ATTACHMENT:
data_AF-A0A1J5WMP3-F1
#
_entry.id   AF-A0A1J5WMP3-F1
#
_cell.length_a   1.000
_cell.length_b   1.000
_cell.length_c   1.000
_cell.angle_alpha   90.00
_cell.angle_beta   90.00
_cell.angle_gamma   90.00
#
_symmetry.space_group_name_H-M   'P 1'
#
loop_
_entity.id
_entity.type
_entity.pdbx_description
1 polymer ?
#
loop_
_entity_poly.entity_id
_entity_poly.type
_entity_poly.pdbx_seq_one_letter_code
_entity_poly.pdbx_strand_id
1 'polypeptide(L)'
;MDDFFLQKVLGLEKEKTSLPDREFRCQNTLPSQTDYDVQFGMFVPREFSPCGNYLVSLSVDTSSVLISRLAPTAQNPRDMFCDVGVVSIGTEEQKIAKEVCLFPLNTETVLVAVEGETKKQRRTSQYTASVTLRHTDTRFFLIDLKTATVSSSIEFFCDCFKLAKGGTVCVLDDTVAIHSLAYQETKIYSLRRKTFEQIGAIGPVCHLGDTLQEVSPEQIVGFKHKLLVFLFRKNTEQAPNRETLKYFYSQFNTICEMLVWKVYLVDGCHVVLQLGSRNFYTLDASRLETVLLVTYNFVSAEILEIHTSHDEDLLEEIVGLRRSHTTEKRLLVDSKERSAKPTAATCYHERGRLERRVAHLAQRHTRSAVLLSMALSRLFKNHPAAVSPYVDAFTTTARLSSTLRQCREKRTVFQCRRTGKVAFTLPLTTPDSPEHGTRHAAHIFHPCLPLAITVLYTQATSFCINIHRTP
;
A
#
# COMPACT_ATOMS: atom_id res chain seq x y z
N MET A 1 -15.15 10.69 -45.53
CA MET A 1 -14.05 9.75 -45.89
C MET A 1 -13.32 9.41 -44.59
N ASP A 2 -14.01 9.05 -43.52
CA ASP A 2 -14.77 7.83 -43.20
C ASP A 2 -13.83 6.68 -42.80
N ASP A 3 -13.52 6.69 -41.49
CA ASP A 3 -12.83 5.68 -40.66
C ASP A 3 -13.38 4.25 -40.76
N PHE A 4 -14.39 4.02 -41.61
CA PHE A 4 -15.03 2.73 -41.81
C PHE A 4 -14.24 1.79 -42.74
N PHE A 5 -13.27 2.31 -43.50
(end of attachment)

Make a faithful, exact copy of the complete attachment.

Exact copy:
data_AF-A0A1J5WMP3-F1
#
_entry.id   AF-A0A1J5WMP3-F1
#
_cell.length_a   1.000
_cell.length_b   1.000
_cell.length_c   1.000
_cell.angle_alpha   90.00
_cell.angle_beta   90.00
_cell.angle_gamma   90.00
#
_symmetry.space_group_name_H-M   'P 1'
#
loop_
_entity.id
_entity.type
_entity.pdbx_description
1 polymer ?
#
loop_
_entity_poly.entity_id
_entity_poly.type
_entity_poly.pdbx_seq_one_letter_code
_entity_poly.pdbx_strand_id
1 'polypeptide(L)'
;MDDFFLQKVLGLEKEKTSLPDREFRCQNTLPSQTDYDVQFGMFVPREFSPCGNYLVSLSVDTSSVLISRLAPTAQNPRDMFCDVGVVSIGTEEQKIAKEVCLFPLNTETVLVAVEGETKKQRRTSQYTASVTLRHTDTRFFLIDLKTATVSSSIEFFCDCFKLAKGGTVCVLDDTVAIHSLAYQETKIYSLRRKTFEQIGAIGPVCHLGDTLQEVSPEQIVGFKHKLLVFLFRKNTEQAPNRETLKYFYSQFNTICEMLVWKVYLVDGCHVVLQLGSRNFYTLDASRLETVLLVTYNFVSAEILEIHTSHDEDLLEEIVGLRRSHTTEKRLLVDSKERSAKPTAATCYHERGRLERRVAHLAQRHTRSAVLLSMALSRLFKNHPAAVSPYVDAFTTTARLSSTLRQCREKRTVFQCRRTGKVAFTLPLTTPDSPEHGTRHAAHIFHPCLPLAITVLYTQATSFCINIHRTP
;
A
#
# COMPACT_ATOMS: atom_id res chain seq x y z
N MET A 1 -15.15 10.69 -45.53
CA MET A 1 -14.05 9.75 -45.89
C MET A 1 -13.32 9.41 -44.59
N ASP A 2 -14.01 9.05 -43.52
CA ASP A 2 -14.77 7.83 -43.20
C ASP A 2 -13.83 6.68 -42.80
N ASP A 3 -13.52 6.69 -41.49
CA ASP A 3 -12.83 5.68 -40.66
C ASP A 3 -13.38 4.25 -40.76
N PHE A 4 -14.39 4.02 -41.61
CA PHE A 4 -15.03 2.73 -41.81
C PHE A 4 -14.24 1.79 -42.74
N PHE A 5 -13.27 2.31 -43.50